Why this slow recovery is like no recovery

The Obama administration likes to blame the country’s weak economic performance on the Bush administration, Europe’s debt crisis, Japan’s tsunami and so on. President Obama’s advisers are now saying they learned only gradually that the economy was in even worse shape than they had imagined in 2009. But even if this is so, it gets the signals backwards: A bigger recession predicts a stronger recovery (as has to be true for the economy to return to its trend line).

The pattern of strong recoveries following sharp downturns is clear when one examines the history of economic disasters. The worst depressions relate to wartime destruction, and the subsequent peacetime periods typically exhibit strong growth. Examples include the high post-World War II growth rates in Japan, Germany and much of Western Europe. …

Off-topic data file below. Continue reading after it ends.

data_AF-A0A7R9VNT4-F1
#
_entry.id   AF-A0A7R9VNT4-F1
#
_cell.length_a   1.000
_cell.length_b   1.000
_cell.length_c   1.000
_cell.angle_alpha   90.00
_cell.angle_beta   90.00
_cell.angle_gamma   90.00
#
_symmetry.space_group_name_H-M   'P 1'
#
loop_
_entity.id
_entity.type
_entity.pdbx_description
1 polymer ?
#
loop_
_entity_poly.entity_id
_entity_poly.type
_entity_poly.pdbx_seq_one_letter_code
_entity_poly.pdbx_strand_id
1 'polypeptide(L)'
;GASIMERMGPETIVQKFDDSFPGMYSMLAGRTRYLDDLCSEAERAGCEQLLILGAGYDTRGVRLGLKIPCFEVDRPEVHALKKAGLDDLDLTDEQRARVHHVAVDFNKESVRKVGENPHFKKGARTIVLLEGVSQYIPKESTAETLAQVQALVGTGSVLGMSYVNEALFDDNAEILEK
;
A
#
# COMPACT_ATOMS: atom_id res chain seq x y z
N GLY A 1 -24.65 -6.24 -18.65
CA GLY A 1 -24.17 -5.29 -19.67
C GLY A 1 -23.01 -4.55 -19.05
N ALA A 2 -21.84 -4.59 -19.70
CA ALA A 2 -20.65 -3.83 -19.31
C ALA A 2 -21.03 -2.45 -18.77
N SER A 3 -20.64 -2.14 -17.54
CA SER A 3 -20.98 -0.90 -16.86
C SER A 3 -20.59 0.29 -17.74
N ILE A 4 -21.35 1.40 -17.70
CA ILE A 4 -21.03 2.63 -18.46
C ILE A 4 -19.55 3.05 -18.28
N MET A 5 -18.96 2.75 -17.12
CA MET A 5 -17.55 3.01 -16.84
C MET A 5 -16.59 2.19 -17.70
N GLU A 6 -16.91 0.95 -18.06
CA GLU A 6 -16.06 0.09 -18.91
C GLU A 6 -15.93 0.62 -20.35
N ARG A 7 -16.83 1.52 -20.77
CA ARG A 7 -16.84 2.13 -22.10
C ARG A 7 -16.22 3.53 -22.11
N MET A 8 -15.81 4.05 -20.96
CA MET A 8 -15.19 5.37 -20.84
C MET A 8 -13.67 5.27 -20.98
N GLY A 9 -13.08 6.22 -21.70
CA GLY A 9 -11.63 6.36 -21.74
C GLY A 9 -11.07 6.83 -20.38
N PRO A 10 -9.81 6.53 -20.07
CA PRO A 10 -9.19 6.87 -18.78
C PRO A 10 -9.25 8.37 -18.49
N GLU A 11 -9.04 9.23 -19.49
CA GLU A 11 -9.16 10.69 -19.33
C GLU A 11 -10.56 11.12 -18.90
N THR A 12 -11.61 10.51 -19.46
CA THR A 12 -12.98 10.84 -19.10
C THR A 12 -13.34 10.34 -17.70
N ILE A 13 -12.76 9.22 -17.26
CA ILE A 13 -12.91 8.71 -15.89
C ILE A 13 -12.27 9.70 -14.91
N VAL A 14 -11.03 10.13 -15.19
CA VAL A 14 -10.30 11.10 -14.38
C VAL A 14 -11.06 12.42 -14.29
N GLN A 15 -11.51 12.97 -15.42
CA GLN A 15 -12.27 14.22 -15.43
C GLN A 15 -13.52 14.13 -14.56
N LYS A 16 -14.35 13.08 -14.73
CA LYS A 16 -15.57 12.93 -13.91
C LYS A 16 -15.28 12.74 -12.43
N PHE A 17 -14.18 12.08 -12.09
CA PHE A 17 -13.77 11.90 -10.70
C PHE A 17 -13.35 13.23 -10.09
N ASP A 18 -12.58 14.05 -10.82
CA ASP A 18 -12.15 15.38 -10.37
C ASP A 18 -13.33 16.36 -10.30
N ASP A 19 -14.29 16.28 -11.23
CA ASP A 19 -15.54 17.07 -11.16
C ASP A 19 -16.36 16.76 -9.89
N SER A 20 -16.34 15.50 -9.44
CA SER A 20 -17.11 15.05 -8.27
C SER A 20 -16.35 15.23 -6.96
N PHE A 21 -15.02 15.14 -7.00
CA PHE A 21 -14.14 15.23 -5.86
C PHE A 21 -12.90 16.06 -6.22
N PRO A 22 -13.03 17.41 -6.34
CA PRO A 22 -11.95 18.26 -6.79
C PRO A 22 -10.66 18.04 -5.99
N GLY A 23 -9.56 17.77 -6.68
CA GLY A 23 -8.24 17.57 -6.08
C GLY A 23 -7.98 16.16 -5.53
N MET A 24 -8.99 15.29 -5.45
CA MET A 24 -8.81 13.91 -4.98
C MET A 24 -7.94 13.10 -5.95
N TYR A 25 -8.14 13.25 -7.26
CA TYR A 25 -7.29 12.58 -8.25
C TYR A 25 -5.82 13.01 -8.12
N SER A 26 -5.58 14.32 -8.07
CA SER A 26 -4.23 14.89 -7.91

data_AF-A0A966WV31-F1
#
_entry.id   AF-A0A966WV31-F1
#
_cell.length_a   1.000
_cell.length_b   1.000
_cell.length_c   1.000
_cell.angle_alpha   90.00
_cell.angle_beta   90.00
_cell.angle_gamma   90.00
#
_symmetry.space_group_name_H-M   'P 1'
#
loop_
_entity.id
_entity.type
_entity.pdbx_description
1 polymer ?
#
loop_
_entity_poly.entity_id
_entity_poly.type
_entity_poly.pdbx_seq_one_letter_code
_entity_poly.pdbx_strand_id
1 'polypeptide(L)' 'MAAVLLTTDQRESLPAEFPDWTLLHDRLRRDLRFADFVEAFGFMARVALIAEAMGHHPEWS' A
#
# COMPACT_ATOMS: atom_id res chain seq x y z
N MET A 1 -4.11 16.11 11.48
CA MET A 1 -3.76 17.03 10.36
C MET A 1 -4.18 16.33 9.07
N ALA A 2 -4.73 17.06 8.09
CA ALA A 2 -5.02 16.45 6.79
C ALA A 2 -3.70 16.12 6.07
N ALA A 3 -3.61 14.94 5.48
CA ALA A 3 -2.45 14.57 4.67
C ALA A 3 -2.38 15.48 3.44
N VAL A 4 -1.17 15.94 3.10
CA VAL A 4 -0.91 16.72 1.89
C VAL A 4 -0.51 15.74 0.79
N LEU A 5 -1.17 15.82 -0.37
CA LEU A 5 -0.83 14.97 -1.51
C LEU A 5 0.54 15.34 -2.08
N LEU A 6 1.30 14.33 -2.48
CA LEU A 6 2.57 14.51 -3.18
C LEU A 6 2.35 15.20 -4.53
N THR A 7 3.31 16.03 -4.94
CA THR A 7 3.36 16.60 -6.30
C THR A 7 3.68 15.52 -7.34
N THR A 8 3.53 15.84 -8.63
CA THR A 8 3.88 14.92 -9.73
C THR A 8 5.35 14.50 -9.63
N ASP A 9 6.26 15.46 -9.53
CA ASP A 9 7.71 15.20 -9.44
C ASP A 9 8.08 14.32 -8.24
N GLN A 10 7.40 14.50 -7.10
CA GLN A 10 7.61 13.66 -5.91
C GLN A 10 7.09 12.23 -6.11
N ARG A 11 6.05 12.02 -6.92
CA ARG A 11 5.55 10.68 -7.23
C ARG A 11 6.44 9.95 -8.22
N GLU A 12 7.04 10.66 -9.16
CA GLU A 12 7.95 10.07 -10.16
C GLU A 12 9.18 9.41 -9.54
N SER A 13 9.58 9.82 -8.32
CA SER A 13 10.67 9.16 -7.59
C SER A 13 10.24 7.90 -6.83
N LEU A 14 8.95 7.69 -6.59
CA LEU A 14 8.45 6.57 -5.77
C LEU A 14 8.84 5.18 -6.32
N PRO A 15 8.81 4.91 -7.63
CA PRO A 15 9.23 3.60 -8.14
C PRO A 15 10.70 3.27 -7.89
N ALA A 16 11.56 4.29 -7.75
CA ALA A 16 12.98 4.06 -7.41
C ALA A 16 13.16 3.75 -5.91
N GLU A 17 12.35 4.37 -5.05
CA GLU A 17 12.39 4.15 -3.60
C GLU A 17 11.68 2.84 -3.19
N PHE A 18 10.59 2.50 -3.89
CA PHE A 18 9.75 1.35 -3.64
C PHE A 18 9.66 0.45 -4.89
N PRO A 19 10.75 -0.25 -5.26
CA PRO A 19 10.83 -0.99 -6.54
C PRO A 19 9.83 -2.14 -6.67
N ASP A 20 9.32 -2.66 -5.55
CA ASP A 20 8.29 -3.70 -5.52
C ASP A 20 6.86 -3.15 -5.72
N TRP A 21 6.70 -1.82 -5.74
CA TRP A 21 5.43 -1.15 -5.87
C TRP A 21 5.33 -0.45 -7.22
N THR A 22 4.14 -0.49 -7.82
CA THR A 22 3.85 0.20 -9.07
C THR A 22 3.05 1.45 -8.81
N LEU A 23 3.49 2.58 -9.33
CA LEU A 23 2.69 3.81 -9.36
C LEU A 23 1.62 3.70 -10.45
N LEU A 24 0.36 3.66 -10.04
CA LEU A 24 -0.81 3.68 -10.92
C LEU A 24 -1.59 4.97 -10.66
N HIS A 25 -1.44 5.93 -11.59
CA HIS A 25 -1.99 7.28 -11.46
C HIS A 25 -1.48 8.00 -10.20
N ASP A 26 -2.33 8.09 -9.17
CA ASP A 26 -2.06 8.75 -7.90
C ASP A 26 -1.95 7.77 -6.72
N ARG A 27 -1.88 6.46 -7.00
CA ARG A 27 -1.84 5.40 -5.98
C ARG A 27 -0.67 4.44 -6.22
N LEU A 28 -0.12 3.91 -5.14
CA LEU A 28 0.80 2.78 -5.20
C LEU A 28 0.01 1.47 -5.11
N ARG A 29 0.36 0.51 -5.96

However, the average GDP growth rate during the U.S. recovery since 2009 remains nearly 2% per year lower than would be expected, according to the Ursua study. That is, after factoring in the estimated impact of the typical housing bust, Mr. Ursua found that the U.S. growth rate since 2009 should have averaged a little over 4%, rather than the 2.4% we’ve experienced.